I drafted this post while I walked in the trails winding through the village where I grew up. They had changed since the last time I walked them. Trees fell. Leaves covered once-loved paths. Water washed away chunks of cliffsides. Another rock in the rapids. I wasn’t entirely comfortable with the changes, since erosion had affected the trails and I needed to find different routes, or the trail had gotten incredibly steep. But I wasn’t sad or hurt or upset. Two hundred years ago, before any of my ancestors left Scotland and Japan, these trails and this river housed water mills.

This is nature. It moves.

I know some people have difficulty adapting to change. They get anxious, or nervous, or angry, or confused. They have their reasons, and I’m not going to delve into why some people find change and changing things to be difficult. There are always a wide variety of why people can’t handle change. I have never been one of those people.

Sometimes I think back on how my surroundings used to be, compared to how they have changed. But the world does not need to line up with a single snapshot from my memory. Who even knows if that memory is accurate and truthful to what the past was? What if I’ve changed my memory based on how my life has changed since then? There’s no way to know, so there’s no reason for me to complain.

I think a large part of my understanding and acceptance of change comes from my childhood. Nothing was ever secure. The predictable aspects of life came from the disjoint and the sudden change. I could rely on change. I could rely on something abrupt. I could anchor myself and pretend that hectic chaos was normal.

Of course, that isn’t very healthy. Needing chaos to function? Only feeling security when something is up in the air? I’ve deviated from those childhood lessons. I plan things and prefer when things are either set in stone or set in motion. (Eyy, there’s a set of antonyms for you.) I don’t like when I can’t predict something, but it doesn’t matter what I like or dislike. Uncertainty or surety exist whether I want them to or not in a situation.

Even when there is a new rock in the water’s course, it flows around it. When a cloud is battered by wind, it doesn’t stand firm in the atmosphere: it shapes itself to the current. A flower wilts. A fruit ripens. A construction crew and a housing company sign a contract to turn the forest behind my childhood home into a set of unneeded suburbs. My grandparents put the childhood home on the market. I move from this village to Windsor to earn a Bachelor of Arts degree. I contemplate—seriously consider, really—moving out of the province. My hair grows because I decide to change.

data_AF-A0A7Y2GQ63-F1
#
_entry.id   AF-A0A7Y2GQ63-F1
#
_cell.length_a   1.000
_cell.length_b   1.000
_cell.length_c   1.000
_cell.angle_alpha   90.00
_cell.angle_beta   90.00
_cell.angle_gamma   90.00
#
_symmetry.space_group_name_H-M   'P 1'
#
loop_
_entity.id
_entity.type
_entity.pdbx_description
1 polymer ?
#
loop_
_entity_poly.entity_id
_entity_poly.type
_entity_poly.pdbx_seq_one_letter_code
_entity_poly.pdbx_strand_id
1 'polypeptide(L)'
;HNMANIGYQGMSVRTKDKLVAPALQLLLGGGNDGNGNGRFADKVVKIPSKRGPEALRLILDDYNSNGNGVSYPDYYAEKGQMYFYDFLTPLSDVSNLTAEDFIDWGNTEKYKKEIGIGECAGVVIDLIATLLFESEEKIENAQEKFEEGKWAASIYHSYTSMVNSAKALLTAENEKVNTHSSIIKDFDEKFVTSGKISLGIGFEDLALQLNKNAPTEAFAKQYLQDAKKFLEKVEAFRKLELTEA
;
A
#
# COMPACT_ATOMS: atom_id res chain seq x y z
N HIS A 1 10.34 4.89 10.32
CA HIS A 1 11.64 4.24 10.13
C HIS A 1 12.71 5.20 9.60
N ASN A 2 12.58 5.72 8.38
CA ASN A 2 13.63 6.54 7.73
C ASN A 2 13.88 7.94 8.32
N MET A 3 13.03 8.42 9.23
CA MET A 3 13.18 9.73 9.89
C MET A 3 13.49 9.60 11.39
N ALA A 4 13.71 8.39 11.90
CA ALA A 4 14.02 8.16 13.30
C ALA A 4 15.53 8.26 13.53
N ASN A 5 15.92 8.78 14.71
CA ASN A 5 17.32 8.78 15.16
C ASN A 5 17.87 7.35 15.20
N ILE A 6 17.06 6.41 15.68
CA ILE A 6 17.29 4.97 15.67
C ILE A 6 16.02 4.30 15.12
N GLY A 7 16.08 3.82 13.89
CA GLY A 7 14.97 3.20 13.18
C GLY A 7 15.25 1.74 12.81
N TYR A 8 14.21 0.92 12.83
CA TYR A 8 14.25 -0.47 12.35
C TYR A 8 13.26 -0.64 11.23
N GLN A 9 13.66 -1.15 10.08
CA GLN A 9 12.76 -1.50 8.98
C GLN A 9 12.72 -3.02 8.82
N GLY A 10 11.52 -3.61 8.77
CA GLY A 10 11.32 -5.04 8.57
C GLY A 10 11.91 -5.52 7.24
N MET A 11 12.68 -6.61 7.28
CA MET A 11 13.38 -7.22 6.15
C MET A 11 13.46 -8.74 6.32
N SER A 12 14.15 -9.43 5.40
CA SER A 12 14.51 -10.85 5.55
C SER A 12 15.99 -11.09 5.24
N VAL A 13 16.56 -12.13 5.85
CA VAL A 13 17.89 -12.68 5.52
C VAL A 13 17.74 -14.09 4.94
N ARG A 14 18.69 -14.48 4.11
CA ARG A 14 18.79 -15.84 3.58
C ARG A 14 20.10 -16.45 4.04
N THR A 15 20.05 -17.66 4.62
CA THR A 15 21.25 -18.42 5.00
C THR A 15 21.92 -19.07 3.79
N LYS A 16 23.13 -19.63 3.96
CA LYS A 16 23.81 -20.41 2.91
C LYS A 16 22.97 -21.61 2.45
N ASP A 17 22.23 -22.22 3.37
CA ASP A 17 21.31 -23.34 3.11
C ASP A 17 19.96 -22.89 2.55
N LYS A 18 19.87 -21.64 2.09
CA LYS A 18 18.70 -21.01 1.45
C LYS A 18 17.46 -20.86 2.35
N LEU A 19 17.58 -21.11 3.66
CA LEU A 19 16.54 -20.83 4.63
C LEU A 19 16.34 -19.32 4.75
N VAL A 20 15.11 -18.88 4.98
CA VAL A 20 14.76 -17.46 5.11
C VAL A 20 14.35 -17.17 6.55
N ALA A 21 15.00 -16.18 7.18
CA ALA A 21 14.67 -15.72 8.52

I think change and control go hand-in-hand. Maybe there is a conflict between them for people that makes them dislike one or the other. Even controlling something in order to get change, like controlling a diet or exercise regime to change your body. That’s an opposition between change and control. Using one to get the other. Changing something to gain control. Controlling something to incite change. If something is out of your control, then why the fuck are you getting offended? Or upset? Or disappointed? You can’t control everything, just like you can’t change everything. Maybe expectations and desires come into play too.

Thoughts On Ethnicity

My maternal great grandmother Tamako lived until she was in her very late 90s. She battled cancer numerous times through her life. She saw the Hiroshima bombings from a village 10 kilometers away, where she was supervising children tidying a schoolyard. She was born in Japan in 1914. She married a Japanese-Canadian farmer in Japan, and then emigrated to Canada in 1964.